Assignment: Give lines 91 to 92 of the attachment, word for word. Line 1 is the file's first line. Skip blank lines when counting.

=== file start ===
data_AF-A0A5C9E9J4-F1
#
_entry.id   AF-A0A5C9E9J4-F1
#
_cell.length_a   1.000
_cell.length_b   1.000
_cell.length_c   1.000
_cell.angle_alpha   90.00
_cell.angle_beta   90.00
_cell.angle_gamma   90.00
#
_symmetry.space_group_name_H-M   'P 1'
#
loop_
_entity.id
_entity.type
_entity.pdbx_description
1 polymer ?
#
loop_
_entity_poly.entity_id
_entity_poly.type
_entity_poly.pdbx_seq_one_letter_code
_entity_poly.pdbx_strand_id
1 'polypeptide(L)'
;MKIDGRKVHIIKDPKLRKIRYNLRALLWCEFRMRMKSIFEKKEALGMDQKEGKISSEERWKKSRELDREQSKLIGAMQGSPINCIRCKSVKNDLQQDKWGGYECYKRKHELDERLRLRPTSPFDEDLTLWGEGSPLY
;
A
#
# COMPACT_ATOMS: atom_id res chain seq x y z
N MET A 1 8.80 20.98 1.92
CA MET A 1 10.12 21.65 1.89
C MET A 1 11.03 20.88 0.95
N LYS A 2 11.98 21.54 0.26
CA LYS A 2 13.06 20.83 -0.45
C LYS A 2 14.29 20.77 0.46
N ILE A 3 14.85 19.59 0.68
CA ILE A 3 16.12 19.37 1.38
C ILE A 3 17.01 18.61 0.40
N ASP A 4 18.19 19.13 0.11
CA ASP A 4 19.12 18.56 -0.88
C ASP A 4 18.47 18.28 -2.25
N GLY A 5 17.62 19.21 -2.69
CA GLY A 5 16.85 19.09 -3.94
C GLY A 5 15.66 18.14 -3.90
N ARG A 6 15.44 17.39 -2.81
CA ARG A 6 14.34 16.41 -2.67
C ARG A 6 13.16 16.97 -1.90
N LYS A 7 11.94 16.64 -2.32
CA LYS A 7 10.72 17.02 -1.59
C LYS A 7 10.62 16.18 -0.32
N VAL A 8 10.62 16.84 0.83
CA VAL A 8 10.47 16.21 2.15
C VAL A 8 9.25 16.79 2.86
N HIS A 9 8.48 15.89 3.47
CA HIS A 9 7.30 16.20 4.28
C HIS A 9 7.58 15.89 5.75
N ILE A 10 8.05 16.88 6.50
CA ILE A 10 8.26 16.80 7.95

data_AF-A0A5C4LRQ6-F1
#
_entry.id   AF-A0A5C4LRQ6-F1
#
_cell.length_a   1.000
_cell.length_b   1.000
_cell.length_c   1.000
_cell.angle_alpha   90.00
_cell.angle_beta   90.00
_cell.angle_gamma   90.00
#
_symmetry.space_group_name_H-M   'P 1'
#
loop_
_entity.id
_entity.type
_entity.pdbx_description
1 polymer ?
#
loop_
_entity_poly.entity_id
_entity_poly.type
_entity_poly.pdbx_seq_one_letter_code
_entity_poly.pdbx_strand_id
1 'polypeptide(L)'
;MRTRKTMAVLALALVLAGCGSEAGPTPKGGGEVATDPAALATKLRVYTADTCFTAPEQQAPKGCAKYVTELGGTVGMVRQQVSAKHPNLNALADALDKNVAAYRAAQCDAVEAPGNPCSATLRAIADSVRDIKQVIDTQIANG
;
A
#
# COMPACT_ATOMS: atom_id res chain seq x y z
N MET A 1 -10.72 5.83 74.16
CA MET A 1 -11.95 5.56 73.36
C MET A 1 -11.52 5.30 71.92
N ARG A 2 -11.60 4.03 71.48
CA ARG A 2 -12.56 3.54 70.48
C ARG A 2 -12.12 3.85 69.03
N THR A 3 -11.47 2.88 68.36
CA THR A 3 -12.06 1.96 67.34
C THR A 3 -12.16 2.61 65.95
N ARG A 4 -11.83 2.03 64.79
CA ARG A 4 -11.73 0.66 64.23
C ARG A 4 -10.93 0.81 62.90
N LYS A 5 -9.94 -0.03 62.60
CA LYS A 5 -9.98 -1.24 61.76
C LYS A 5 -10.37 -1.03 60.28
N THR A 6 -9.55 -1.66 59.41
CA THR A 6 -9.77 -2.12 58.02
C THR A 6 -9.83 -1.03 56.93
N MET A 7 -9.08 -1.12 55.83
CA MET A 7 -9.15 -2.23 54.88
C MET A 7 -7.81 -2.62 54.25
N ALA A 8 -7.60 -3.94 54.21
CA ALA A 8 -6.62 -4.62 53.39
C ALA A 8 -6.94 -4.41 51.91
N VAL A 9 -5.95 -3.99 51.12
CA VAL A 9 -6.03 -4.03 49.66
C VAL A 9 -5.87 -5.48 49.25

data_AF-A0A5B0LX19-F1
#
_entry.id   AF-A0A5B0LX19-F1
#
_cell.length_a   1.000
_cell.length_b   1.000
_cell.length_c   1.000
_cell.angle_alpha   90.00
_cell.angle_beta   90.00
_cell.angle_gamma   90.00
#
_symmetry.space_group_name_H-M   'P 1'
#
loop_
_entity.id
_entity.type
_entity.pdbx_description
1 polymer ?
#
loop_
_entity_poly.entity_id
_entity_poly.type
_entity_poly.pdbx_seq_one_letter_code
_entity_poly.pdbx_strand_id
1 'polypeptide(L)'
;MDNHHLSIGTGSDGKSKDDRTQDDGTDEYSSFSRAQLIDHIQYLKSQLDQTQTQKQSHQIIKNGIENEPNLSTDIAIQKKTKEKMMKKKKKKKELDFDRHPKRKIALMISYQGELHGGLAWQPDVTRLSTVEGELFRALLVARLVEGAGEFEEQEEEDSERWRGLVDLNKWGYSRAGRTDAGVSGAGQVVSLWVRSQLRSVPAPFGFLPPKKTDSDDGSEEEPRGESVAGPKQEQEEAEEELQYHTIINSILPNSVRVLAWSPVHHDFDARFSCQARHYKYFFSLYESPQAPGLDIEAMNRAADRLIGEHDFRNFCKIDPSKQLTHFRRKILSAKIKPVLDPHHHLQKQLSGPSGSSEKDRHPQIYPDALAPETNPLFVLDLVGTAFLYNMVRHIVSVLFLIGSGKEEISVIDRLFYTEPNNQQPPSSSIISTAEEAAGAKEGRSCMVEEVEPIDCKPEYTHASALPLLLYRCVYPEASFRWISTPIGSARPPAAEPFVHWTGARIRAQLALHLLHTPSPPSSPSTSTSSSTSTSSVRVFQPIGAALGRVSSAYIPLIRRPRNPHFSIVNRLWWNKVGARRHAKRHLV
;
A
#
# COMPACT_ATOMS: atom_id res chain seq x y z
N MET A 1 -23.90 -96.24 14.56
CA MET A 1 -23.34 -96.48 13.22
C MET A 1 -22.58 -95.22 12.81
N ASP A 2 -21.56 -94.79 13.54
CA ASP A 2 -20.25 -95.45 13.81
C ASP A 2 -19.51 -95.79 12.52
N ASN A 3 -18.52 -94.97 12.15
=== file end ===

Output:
CA MET A 1 -11.95 5.56 73.36
C MET A 1 -11.52 5.30 71.92